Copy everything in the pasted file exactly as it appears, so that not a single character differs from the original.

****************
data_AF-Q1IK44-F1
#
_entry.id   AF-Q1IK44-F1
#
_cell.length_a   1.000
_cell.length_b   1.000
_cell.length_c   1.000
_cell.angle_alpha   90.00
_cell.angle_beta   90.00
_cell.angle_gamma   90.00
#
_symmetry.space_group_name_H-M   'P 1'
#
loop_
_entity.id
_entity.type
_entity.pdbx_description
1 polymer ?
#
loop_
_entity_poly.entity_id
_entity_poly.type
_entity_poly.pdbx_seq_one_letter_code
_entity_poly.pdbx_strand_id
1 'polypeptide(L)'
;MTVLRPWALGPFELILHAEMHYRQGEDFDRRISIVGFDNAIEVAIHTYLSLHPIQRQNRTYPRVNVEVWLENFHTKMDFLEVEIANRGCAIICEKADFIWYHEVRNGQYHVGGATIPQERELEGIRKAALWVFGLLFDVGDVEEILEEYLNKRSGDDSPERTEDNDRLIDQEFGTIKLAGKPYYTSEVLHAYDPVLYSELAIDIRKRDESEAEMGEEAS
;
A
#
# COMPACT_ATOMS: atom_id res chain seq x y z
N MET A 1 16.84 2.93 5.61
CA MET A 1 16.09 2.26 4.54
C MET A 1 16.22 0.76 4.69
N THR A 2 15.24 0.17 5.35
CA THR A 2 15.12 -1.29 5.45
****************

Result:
data_AF-Q1IK44-F1
#
_entry.id   AF-Q1IK44-F1
#
_cell.length_a   1.000
_cell.length_b   1.000
_cell.length_c   1.000
_cell.angle_alpha   90.00
_cell.angle_beta   90.00
_cell.angle_gamma   90.00
#
_symmetry.space_group_name_H-M   'P 1'
#
loop_
_entity.id
_entity.type
_entity.pdbx_description
1 polymer ?
#
loop_
_entity_poly.entity_id
_entity_poly.type
_entity_poly.pdbx_seq_one_letter_code
_entity_poly.pdbx_strand_id
1 'polypeptide(L)'
;MTVLRPWALGPFELILHAEMHYRQGEDFDRRISIVGFDNAIEVAIHTYLSLHPIQRQNRTYPRVNVEVWLENFHTKMDFLEVEIANRGCAIICEKADFIWYHEVRNGQYHVGGATIPQERELEGIRKAALWVFGLLFDVGDVEEILEEYLNKRSGDDSPERTEDNDRLIDQEFGTIKLAGKPYYTSEVLHAYDPVLYSELAIDIRKRDESEAEMGEEAS
;
A
#
# COMPACT_ATOMS: atom_id res chain seq x y z
N MET A 1 16.84 2.93 5.61
CA MET A 1 16.09 2.26 4.54
C MET A 1 16.22 0.76 4.69
N THR A 2 15.24 0.17 5.35
CA THR A 2 15.12 -1.29 5.45